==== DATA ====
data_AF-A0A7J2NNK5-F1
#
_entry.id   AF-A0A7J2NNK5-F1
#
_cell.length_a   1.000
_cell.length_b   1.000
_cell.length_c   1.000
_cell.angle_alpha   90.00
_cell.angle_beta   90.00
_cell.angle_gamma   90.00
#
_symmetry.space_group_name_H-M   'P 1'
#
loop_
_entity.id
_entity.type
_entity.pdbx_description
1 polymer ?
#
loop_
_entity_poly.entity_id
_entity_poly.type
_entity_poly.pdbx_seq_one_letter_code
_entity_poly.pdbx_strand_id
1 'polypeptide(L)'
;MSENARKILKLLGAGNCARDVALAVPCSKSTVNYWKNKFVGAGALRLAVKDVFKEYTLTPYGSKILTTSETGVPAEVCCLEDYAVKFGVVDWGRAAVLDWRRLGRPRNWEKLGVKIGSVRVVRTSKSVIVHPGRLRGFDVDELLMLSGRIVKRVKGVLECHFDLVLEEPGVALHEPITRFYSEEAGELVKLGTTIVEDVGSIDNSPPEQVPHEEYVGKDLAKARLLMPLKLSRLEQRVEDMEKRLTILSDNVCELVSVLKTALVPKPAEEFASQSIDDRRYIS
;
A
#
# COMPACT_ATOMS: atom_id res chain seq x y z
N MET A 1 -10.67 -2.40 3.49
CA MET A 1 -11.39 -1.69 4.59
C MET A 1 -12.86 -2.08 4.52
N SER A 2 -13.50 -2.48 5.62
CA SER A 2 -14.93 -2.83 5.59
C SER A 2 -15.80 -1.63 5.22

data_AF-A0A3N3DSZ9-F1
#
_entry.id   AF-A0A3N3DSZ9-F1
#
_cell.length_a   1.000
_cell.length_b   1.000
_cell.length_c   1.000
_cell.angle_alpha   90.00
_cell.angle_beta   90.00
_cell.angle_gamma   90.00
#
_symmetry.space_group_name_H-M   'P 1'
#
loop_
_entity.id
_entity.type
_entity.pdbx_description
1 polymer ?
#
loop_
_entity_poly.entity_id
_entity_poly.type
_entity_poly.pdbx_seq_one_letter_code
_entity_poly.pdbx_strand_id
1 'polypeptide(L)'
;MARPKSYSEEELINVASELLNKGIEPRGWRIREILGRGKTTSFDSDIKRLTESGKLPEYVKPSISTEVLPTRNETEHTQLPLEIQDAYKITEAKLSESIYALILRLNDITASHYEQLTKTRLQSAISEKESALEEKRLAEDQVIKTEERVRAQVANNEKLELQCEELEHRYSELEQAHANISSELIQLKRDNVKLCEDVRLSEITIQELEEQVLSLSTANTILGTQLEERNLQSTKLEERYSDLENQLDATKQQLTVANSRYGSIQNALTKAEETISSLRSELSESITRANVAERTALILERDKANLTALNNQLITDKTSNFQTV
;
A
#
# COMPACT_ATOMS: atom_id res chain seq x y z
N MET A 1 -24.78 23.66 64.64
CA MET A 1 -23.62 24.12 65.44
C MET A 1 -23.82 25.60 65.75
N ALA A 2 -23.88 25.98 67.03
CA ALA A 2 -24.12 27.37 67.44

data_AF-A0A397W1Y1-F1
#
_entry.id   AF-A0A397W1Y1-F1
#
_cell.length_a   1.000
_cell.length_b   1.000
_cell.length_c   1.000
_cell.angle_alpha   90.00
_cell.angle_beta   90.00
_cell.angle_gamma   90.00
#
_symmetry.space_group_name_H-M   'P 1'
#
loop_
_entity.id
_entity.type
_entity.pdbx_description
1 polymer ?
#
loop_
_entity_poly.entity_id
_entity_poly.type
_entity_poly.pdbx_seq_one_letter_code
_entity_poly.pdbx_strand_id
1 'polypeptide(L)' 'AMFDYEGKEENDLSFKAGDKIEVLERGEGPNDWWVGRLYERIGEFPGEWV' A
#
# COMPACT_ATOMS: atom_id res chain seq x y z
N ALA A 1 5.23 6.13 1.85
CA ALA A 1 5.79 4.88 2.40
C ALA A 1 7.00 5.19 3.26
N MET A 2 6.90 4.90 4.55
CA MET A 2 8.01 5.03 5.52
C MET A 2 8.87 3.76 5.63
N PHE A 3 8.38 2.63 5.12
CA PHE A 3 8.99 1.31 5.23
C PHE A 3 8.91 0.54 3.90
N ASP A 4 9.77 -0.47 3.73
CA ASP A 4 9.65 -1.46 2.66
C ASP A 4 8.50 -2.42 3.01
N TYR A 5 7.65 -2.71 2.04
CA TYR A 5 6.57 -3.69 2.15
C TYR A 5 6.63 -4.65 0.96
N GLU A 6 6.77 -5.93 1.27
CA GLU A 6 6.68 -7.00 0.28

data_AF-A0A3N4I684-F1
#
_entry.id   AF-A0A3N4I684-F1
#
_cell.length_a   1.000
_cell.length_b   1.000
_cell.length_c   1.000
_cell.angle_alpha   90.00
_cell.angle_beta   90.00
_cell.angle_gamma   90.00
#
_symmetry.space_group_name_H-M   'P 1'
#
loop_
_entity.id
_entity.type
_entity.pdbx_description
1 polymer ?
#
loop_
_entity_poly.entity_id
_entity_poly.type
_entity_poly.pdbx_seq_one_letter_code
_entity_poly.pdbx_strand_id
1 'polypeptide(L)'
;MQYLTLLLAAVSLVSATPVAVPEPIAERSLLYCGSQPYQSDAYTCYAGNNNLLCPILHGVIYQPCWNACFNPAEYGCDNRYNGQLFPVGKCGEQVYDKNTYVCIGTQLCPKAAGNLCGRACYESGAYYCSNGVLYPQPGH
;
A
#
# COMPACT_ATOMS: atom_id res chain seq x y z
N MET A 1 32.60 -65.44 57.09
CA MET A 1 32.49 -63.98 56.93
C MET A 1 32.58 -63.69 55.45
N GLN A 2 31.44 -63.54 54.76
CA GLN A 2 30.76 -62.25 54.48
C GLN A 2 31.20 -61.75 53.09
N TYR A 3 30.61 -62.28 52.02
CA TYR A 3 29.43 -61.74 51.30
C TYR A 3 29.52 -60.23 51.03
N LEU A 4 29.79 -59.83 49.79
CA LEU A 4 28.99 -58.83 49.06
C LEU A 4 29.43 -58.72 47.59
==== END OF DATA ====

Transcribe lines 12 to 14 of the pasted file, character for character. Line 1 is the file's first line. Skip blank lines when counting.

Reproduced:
_symmetry.space_group_name_H-M   'P 1'
#
loop_